During his 17 years at Goldman, Mr. Katzman earned a reputation as a talented investment banker and a stickler for following rules. Friends and former colleagues, some of whom described him as a “boy scout,” said he viewed ethical issues in black-and-white terms.

“I’d rather be defeated in right than succeed in wrong,” Mr. Katzman said during a 2014 deposition related to a deal he had worked on, attributing the quote to President James A. Garfield.

Mr. Katzman built an impressive roster of clients at Goldman, including Clorox, Hershey and Allergan. In 2006, he moved to the San Francisco area and became the leader of the firm’s West Coast deals business.

By 2014, Mr. Katzman had relocated with his family to Arizona and was commuting to San Francisco.

He had grown upset by what he was seeing at Goldman and felt the bank needed outside scrutiny, according to one of the people close to him.

In one instance, he was dismayed by Goldman’s efforts to hire the child of a client, according to people close to Mr. Katzman and to the firm. He became especially troubled after the candidate was caught lying during the interview process. Mr. Katzman argued that should disqualify him, but some of his colleagues persisted in trying to hire the person. Ultimately, the candidate was rejected.

Mr. Katzman’s larger concern stemmed from what he was witnessing while working on corporate deals.

In 2014, he was the lead banker working to defend Allergan, the maker of Botox, against a hostile takeover by Valeant Pharmaceuticals and the hedge fund Pershing Square Capital. Mr. Katzman had sensitive information about Allergan’s strategy for fending off the suitors.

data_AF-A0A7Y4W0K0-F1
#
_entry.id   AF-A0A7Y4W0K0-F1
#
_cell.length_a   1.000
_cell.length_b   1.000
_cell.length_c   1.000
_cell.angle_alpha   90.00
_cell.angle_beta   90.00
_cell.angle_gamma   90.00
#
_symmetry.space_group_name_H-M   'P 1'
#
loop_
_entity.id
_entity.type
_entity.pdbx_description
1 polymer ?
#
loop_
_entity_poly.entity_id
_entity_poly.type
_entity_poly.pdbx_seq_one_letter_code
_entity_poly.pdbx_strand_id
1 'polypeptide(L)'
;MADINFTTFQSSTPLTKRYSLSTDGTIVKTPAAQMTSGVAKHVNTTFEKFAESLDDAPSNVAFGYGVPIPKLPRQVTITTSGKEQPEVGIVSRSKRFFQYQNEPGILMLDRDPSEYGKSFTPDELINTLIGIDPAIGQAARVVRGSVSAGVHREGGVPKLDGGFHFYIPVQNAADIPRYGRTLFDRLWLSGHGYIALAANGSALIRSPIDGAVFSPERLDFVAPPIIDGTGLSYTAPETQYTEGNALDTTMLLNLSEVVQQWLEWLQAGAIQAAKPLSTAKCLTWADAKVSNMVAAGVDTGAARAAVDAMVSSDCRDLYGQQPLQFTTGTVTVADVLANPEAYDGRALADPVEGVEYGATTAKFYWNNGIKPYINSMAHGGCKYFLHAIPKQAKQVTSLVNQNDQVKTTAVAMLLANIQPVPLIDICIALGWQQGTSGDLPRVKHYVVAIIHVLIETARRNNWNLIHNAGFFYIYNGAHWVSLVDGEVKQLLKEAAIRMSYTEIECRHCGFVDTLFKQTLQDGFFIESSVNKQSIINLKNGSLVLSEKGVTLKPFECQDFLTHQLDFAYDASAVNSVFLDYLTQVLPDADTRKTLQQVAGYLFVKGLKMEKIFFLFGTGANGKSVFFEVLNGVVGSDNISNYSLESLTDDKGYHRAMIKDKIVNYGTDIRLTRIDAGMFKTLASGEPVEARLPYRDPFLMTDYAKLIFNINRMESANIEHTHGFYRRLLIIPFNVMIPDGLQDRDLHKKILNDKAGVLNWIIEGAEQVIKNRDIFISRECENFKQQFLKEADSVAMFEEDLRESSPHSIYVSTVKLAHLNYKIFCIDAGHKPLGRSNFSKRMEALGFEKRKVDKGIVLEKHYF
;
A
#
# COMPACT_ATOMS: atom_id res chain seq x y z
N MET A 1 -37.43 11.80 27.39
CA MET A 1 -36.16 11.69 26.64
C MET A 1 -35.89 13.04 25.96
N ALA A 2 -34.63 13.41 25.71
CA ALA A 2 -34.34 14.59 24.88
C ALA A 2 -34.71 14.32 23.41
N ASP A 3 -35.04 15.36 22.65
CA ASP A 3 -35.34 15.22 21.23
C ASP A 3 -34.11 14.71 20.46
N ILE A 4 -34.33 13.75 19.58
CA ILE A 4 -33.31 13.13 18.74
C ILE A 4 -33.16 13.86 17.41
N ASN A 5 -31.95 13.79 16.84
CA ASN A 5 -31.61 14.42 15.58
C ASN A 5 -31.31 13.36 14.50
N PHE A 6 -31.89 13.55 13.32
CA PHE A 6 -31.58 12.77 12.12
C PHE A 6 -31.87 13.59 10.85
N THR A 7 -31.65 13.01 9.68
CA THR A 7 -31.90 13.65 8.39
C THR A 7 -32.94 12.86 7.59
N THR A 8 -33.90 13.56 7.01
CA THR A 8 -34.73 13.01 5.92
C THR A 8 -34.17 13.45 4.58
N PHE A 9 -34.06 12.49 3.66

As the battle unfolded, a Goldman partner approached Mr. Katzman and sought information about Allergan, saying he planned to share it with another Goldman client, the people close to Mr. Katzman said. Mr. Katzman considered the request a violation of bank rules meant to protect confidential client information, and he rebuffed his colleague.

A person close to Goldman said the internal investigation concluded that the request for information from Mr. Katzman was the result of a misunderstanding by his colleague.

It was not the first time that Mr. Katzman had been unsettled by a Goldman banker asking him for confidential information about a client, but he perceived it as the final straw, the people close to him said.

Mr. Katzman decided that he was obligated to lodge a formal complaint about the hiring issue and his colleagues’ requests for client information.

Goldman had long relied on Fried Frank to screen information provided over a phone line that Goldman employees could call to report allegations of misconduct without fear of retribution. The assignment was part of a large portfolio of Goldman business that Fried Frank, whose chairman was a Goldman alumnus, handled.

Goldman highlighted the whistle-blower line on its website, saying that a Fried Frank lawyer, Sheldon Raab, would refer complaints to Goldman’s independent board members or to bank employees for further investigation.